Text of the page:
This Date in Mets History: 7/17 - Bad Luck in '69, Warren Spahn Released, the Gil Hodges Bridge

Roy McMillan, a Met in the mid-1960s and the Mets' manager for part of 1975, would have turned 83 today.

For a Miracle Met, Jim McAndrew suffered miraculously bad luck. He drew Bob Gibson in his first major league start, the year Gibson tossed 13 shutouts and slow jammed a 1.12 ERA. In his first four turns on the mound, in fact, the Mets hatched nothing but duck eggs for the rookie, spoiling a strong debut with an 0-4 stumble. Welcome to 1968, the Year of the Pitcher. The next season, the charmed one, a line drive broke a finger on his pitching hand. Then, his every shirt and last pair of socks were stolen with his luggage out of a restaurant parking lot. In spring training, 1970, he lost four teeth when a batting-practice missile found him grinning in the outfield. And on July 17, 1971, he opened his eyes in a hospital with a concussion and twenty stitches pinching the skin above his right ear. In another pre-game mishap in the outfield, McAndrew and Gary Gentry proved one can shag too eagerly, if not too well.


1965: The Mets released the 44-year-old future Hall of Famer Warren Spahn. Spahn went 4-12 with the 1965 Mets, a touch off his career mark of 363-245. Yogi Berra came out of retirement for four games to catch Spahn that year. "I don't think we're the oldest battery," said Yogi, 40, "but we're the ugliest."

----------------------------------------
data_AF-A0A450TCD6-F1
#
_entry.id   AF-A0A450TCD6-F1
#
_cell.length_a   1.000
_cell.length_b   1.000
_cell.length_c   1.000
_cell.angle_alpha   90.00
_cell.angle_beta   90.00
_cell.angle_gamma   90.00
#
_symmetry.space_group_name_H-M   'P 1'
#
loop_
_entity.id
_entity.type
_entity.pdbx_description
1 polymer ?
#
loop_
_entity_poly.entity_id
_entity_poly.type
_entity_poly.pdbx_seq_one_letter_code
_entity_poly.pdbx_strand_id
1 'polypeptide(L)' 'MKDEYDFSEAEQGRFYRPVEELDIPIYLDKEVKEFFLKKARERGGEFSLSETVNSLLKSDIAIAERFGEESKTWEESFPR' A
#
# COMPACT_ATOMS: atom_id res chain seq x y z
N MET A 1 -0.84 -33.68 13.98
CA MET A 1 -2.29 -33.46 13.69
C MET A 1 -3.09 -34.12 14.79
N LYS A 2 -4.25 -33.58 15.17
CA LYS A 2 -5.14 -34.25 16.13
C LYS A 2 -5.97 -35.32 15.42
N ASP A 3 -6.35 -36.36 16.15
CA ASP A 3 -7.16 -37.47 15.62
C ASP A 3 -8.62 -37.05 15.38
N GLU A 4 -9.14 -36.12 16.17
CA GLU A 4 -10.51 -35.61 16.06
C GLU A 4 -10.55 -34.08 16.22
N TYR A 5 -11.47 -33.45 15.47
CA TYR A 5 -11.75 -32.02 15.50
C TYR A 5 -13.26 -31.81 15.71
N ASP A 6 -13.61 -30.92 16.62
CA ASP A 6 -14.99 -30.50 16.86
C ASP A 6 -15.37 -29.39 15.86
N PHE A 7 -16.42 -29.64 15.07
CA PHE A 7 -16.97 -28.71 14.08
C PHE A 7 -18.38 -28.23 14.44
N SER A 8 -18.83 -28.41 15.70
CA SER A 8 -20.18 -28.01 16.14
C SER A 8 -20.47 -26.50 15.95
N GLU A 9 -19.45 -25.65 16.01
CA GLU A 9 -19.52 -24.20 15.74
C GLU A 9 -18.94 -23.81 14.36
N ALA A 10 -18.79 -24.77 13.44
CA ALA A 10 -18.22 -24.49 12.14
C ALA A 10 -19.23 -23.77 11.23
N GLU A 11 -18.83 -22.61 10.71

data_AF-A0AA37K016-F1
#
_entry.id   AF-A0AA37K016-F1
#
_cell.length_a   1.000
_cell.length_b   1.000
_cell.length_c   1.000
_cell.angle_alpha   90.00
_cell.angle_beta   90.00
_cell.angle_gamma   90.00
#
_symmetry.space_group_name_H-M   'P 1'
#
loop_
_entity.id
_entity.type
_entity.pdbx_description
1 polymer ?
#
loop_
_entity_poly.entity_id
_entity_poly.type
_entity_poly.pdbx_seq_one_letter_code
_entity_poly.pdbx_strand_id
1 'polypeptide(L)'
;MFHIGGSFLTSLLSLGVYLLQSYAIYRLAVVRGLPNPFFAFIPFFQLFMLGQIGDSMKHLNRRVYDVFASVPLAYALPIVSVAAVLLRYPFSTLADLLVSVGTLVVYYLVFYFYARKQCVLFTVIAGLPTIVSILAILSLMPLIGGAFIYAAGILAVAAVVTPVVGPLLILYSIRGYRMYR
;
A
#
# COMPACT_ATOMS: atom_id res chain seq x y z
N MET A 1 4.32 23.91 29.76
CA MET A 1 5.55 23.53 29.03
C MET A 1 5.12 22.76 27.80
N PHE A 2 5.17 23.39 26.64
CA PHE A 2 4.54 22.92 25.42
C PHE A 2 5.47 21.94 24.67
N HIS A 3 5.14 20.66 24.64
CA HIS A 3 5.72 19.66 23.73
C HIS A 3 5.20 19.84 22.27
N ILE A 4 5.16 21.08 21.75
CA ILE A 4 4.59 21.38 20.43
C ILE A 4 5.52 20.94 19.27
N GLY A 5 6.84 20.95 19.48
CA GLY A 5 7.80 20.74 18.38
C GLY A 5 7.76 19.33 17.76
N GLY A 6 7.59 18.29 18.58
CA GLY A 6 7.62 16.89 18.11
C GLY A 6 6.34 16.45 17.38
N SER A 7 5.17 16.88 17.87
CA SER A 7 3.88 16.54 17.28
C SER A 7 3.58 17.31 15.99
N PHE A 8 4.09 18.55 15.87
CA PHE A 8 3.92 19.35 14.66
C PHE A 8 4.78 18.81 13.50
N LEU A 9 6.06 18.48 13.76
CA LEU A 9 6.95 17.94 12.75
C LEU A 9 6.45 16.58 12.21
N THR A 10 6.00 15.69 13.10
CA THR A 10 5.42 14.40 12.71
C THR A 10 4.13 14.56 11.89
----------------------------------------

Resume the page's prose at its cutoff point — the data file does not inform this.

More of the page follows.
• Roy McMillan, the Mets' shortstop from 1964-66, was born in depression-era Texas, son of the local barber. Short in stature and slight of frame, the career .243-hitter (mostly for Cincinnati) was a wizard with the web, and is remembered in New York for starting a triple play in a 23-inning marathon against the Giants in 1964. In 1975 he took over for Yogi Berra as interim manager of the Mets and skippered to a record of 26-27.

Notable Games

On July 17, 1963, Joe Hicks crashed an 11th-inning homer for a rare walk-off win against the New York San Francisco Giants at the Polo Grounds (Box). For the visitors, Willie Mays went 2-5 with a triple and Willie McCovey swatted one out of his old West-155th-street home. But the hapless Mets, 32-61, beat Gaylord Perry to win the game and claim the town.

A decade later (Box), the Mets faced down the Braves while six runs in the hole in the visitor's ninth. With one out and one on, Rusty Staub lifted a pitch into the seats. Then, John Milner took his swing and followed Cleon Jones through the circuit for another two-run blast. Down to their last out with empty bases, two singles squeaked the Mets to within a run, leaving Beauchamp and Kranepool at the corners with Willie Mays at the bat -- for our side. Willie found a pitch he liked and streaked it into the outfield. Beauchamp raced like a thoroughbred around from first base to score. And the Mets, with an 8-7 victory, completed one of the greatest comebacks in blue and orange history.

Amazin'-ly Tenuous Connection

On July 17, 1938, Douglas "Wrong Way" Corrigan lifted off from Floyd Bennett Field in Brooklyn, ostensibly for a return trip to California. Twenty-eight hours later, he landed in Dublin. Floyd Bennett Field is today a hub of South Asian and West Indian cricket. It is connected to the Rockaways via the Gil Hodges Memorial Bridge.

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